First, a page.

Google is turning up the volume in its Android battle with Apple – launching Google Music – partnering with three of the four major labels, and eventually offering more than 13 million songs.
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Music industry veteran, Patrick Sullivan, is the President and CEO of licensing services provider, Rightsflow, and has worked with Google.
“I think it’s going to create a need for consumers to look at other opportunities, to take away the consumers from going direct to iTunes and utilizing that Android Market of 200 million consumers and really puts a real fierce competition in place. I think it’s exciting and it gives consumers more choice.”
Google Music will be playing catch up with its rivals Apple and Amazon.
While iTunes is the dominant music player, Google has Android, which is the world’s No. 1 smartphone operating system. Google will allow consumers to share purchased songs with friends on its Google+ social network. And to jumpstart the service, users will get one free download every day.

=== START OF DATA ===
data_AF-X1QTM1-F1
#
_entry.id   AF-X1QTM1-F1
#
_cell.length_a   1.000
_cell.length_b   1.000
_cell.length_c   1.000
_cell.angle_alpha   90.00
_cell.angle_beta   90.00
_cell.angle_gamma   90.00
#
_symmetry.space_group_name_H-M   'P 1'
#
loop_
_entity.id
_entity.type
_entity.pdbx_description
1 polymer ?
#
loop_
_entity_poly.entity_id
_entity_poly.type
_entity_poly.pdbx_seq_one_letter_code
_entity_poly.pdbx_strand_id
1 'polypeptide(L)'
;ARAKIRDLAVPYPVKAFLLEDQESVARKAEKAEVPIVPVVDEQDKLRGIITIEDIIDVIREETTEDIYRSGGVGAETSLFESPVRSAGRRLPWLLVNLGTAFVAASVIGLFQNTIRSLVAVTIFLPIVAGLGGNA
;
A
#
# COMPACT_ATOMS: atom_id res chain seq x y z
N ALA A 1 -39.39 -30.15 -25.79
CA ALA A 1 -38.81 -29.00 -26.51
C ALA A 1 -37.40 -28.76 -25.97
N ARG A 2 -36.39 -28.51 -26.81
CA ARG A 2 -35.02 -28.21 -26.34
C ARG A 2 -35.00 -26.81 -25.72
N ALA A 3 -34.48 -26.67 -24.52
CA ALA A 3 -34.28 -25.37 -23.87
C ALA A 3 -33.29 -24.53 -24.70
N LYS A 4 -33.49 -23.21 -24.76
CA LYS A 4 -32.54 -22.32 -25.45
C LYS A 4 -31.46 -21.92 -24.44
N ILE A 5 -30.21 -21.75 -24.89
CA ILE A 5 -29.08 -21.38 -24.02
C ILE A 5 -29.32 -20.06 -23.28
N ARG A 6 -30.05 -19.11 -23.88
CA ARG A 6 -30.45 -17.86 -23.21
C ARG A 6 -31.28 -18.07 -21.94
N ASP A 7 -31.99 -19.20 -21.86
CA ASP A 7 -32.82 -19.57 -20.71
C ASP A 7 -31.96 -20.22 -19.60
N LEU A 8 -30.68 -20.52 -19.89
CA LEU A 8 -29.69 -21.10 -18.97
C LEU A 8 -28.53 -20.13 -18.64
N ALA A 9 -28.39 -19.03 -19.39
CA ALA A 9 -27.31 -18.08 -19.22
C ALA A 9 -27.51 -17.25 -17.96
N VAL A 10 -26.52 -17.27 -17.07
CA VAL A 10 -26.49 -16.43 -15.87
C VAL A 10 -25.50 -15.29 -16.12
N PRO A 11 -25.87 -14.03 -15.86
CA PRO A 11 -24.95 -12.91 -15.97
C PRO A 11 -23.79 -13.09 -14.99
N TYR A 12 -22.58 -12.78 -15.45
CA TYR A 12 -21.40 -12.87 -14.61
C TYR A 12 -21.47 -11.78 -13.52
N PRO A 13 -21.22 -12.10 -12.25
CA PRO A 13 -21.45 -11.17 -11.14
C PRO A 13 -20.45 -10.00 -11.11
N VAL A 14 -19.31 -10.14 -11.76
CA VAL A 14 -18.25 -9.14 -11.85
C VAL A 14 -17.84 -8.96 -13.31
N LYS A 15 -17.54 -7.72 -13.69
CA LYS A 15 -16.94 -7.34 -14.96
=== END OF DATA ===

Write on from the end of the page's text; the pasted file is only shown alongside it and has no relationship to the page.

Google will also offer a free cloud service to store up to 20,000 songs. Apple is playing a similar tune with its newly launched iTunes Match Locker. That service is $25 a year for 25,000 songs. But users don’t have to upload their music.
Regardless of the service, the cloud is where the digital music industry is heading.
Industry watchers say it will come down to devices. Consumers tied to Android will likely take a good look at Google Music, but with iTunes ingrained in today’s culture, Google has to hit just the right note.
Bottom line: Google Music opens for business just as iTunes launches its iTunes Match Locker, the latest punches in the increasingly fierce digital music business.